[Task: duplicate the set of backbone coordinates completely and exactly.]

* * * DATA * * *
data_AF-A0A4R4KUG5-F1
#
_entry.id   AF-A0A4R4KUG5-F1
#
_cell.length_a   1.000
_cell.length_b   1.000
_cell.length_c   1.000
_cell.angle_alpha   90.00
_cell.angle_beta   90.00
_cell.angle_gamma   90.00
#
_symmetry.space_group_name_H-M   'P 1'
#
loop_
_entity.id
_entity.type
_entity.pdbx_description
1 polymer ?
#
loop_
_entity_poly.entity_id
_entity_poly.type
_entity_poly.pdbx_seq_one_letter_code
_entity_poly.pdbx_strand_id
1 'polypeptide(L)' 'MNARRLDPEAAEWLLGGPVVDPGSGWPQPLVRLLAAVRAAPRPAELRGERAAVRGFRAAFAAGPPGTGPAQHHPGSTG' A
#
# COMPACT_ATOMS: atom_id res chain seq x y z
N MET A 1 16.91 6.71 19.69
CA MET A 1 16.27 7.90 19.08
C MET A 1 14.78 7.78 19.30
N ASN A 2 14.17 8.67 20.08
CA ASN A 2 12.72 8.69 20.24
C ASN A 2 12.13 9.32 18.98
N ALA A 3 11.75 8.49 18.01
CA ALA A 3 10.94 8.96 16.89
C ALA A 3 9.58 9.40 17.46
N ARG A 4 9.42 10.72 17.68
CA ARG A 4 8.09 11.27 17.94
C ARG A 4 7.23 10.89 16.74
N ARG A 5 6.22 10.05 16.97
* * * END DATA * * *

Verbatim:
data_AF-A0A4R4KUG5-F1
#
_entry.id   AF-A0A4R4KUG5-F1
#
_cell.length_a   1.000
_cell.length_b   1.000
_cell.length_c   1.000
_cell.angle_alpha   90.00
_cell.angle_beta   90.00
_cell.angle_gamma   90.00
#
_symmetry.space_group_name_H-M   'P 1'
#
loop_
_entity.id
_entity.type
_entity.pdbx_description
1 polymer ?
#
loop_
_entity_poly.entity_id
_entity_poly.type
_entity_poly.pdbx_seq_one_letter_code
_entity_poly.pdbx_strand_id
1 'polypeptide(L)' 'MNARRLDPEAAEWLLGGPVVDPGSGWPQPLVRLLAAVRAAPRPAELRGERAAVRGFRAAFAAGPPGTGPAQHHPGSTG' A
#
# COMPACT_ATOMS: atom_id res chain seq x y z
N MET A 1 16.91 6.71 19.69
CA MET A 1 16.27 7.90 19.08
C MET A 1 14.78 7.78 19.30
N ASN A 2 14.17 8.67 20.08
CA ASN A 2 12.72 8.69 20.24
C ASN A 2 12.13 9.32 18.98
N ALA A 3 11.75 8.49 18.01
CA ALA A 3 10.94 8.96 16.89
C ALA A 3 9.58 9.40 17.46
N ARG A 4 9.42 10.72 17.68
CA ARG A 4 8.09 11.27 17.94
C ARG A 4 7.23 10.89 16.74
N ARG A 5 6.22 10.05 16.97